Third, and perhaps most significantly, even if Retired Officers were controlling law, and even if this Court's analysis had placed primary reliance upon the decision in that case, the Air Force has misunderstood and overestimated the impact of that court's modification of its decision upon this Court's analysis of Exemption 6. The analysis in Retired Officers had a fatal flaw that was not shared by this Court's analysis in Painting Industry. The Retired Officers court inappropriately considered the identity of the party requesting disclosure of information when it balanced privacy and public interests. It has been firmly established by the Supreme Court of the United States that "the identity of the requesting party has no bearing on the merits of his or her FOIA request." Reporters Committee, 109 S. Ct. at 1480-81. The Retired Officers court considered only the limited intended uses of the requested information by the requesting party and failed to consider potential uses of that information by the public. After considering the full range of potential uses of the requested information against the absence of any cognizable averment of public interest, the court appropriately realized that it had inaccurately balanced the privacy and public interests and decided to grant the Department of the Navy's motion for reconsideration as to the applicability of Exemption 6.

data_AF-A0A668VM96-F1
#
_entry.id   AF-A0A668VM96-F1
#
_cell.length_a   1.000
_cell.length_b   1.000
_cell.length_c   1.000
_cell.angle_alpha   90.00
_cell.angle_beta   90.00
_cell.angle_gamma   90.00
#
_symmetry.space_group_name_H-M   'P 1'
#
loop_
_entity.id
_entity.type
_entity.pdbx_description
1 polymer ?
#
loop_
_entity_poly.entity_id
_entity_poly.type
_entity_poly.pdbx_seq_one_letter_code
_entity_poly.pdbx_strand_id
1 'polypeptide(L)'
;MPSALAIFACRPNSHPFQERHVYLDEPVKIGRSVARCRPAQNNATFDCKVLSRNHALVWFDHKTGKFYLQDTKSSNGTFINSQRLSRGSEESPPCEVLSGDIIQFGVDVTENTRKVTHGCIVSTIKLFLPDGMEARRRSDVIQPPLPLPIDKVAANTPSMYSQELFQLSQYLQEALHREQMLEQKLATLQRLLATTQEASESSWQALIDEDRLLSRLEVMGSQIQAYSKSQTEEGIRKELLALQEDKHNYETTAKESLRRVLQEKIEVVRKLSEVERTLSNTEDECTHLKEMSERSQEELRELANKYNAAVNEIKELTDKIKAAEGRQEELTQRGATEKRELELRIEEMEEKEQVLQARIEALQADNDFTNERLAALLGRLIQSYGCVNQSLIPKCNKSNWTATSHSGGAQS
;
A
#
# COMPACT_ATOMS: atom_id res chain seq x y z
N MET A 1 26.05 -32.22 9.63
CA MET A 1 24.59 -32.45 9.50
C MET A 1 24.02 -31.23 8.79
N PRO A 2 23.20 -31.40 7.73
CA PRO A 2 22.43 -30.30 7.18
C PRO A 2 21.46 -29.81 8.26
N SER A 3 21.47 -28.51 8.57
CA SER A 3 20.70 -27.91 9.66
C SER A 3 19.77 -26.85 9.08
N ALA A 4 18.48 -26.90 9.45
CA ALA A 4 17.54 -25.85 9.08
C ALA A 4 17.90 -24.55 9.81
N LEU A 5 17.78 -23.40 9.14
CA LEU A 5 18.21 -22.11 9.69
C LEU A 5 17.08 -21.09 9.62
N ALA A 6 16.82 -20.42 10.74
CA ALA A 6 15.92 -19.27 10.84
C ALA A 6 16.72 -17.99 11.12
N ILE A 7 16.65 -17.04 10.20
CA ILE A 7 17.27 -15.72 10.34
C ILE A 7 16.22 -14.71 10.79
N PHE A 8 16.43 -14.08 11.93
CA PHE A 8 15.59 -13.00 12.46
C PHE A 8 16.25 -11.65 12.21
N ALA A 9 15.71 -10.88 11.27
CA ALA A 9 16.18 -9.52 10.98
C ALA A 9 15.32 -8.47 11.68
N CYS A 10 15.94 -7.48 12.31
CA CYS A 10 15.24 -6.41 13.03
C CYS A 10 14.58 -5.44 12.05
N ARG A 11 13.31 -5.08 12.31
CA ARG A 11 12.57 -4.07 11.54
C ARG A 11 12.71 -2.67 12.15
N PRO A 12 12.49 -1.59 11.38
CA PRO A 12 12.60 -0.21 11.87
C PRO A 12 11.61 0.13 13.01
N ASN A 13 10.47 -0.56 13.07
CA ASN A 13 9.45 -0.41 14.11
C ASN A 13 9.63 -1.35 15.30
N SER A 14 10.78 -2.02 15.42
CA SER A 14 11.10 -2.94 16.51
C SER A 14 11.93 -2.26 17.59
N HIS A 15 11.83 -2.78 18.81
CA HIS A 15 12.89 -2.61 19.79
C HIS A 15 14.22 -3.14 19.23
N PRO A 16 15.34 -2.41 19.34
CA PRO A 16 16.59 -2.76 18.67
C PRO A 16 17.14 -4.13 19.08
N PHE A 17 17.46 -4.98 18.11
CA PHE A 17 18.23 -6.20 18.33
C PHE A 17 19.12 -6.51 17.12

But this Court did not cite Retired Officers for its inappropriate consideration of the identity of the requesting party. This Court cited that decision for its recognition of the minimal privacy interest inherent in one's name and address. Upon reconsideration, the Retired Officers court realized that when the full potential uses of the subject names and addresses were considered that the retired officers did in fact have "more than a de minimis" privacy interest. When that court balanced this newly perceived privacy interest against what it construed to be no public interest whatsoever in disclosure, the court properly concluded that "something, even a modest privacy interest, outweighs nothing every time." Retired Officers, 744 F. Supp. at 3.